Skydive to teach STEM to second graders (no kidding)

You might think that skydiving is too dangerous for kids, but what about indoor skydiving?


You don’t use a parachute or fall from great heights, instead you’re in a wind tunnel. But unlike a horizontal tunnel that might test airplane shapes, the indoor skydiving tunnel is vertical. The wind blows up at you, suspending you in the air as though falling from a plane.

Turns out that this is a great tool for capturing kids’ attention with the science of flight.

Scott London, of iFly  explains (via the Chicago Tribune) how the company helps students learn about science and engineering concepts,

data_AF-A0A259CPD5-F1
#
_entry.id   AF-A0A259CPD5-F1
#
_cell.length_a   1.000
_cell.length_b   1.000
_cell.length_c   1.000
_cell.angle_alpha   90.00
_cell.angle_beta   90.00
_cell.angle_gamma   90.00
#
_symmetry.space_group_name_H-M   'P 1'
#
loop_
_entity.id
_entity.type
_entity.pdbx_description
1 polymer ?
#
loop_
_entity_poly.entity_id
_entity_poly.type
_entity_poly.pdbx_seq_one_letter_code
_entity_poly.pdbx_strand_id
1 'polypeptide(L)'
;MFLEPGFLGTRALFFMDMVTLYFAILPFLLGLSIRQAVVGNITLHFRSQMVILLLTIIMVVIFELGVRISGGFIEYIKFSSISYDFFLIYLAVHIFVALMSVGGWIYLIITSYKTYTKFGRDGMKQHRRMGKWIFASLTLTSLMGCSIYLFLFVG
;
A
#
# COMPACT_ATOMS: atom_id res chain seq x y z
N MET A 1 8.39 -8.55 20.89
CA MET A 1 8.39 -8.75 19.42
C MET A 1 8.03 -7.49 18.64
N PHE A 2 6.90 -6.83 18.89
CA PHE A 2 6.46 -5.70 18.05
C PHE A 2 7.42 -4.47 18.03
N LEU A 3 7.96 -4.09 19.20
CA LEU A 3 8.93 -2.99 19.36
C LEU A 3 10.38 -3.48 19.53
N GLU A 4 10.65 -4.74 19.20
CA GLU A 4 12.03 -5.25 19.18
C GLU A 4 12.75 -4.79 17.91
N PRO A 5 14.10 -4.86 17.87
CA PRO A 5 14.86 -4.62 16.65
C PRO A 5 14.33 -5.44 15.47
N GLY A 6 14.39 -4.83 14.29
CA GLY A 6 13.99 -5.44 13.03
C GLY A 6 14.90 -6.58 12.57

“We use our wind tunnels to teach students about drag, or forces exerted on solid objects by a moving object. We can customize the program to suit grades 2 through 4 where we might do concepts for the presentation and a demo with very little mathematics to it. Then we go all the way to 12th grade and advanced.”

And as you can imagine, when they make their “dive” they can feel the principles they’ve learned about.

It’s making me wish that our forthcoming picture book had included indoor skydiving! But we’ve included tons of other action that appeals to kids, ranging from skateboarding and sandboarding to dancing and bicycling. Check it out here. And who knows, maybe indoor skydiving is up next…

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